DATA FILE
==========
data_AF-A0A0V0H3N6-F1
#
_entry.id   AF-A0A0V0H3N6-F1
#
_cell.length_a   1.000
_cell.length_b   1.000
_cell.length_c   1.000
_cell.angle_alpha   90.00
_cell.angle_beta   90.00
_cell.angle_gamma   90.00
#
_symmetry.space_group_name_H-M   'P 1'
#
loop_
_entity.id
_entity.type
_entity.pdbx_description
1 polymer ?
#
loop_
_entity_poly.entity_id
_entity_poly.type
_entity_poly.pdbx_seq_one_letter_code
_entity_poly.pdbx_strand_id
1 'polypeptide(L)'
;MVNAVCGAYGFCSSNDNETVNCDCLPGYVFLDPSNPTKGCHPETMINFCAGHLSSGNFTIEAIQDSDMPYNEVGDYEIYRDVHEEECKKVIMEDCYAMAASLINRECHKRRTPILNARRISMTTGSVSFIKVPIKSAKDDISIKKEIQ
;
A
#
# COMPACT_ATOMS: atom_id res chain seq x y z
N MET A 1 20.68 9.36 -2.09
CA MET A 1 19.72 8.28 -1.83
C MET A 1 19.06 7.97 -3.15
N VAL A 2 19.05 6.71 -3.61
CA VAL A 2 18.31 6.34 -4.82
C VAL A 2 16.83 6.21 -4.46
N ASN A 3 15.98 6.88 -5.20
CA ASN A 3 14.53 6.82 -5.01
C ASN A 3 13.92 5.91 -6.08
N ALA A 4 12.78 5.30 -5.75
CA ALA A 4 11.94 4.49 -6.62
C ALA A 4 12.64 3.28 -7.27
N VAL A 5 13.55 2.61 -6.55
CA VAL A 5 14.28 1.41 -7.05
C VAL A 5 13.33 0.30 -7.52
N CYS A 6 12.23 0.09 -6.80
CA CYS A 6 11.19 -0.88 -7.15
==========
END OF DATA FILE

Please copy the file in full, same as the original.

data_AF-A0A0V0H3N6-F1
#
_entry.id   AF-A0A0V0H3N6-F1
#
_cell.length_a   1.000
_cell.length_b   1.000
_cell.length_c   1.000
_cell.angle_alpha   90.00
_cell.angle_beta   90.00
_cell.angle_gamma   90.00
#
_symmetry.space_group_name_H-M   'P 1'
#
loop_
_entity.id
_entity.type
_entity.pdbx_description
1 polymer ?
#
loop_
_entity_poly.entity_id
_entity_poly.type
_entity_poly.pdbx_seq_one_letter_code
_entity_poly.pdbx_strand_id
1 'polypeptide(L)'
;MVNAVCGAYGFCSSNDNETVNCDCLPGYVFLDPSNPTKGCHPETMINFCAGHLSSGNFTIEAIQDSDMPYNEVGDYEIYRDVHEEECKKVIMEDCYAMAASLINRECHKRRTPILNARRISMTTGSVSFIKVPIKSAKDDISIKKEIQ
;
A
#
# COMPACT_ATOMS: atom_id res chain seq x y z
N MET A 1 20.68 9.36 -2.09
CA MET A 1 19.72 8.28 -1.83
C MET A 1 19.06 7.97 -3.15
N VAL A 2 19.05 6.71 -3.61
CA VAL A 2 18.31 6.34 -4.82
C VAL A 2 16.83 6.21 -4.46
N ASN A 3 15.98 6.88 -5.20
CA ASN A 3 14.53 6.82 -5.01
C ASN A 3 13.92 5.91 -6.08
N ALA A 4 12.78 5.30 -5.75
CA ALA A 4 11.94 4.49 -6.62
C ALA A 4 12.64 3.28 -7.27
N VAL A 5 13.55 2.61 -6.55
CA VAL A 5 14.28 1.41 -7.05
C VAL A 5 13.33 0.30 -7.52
N CYS A 6 12.23 0.09 -6.80
CA CYS A 6 11.19 -0.88 -7.15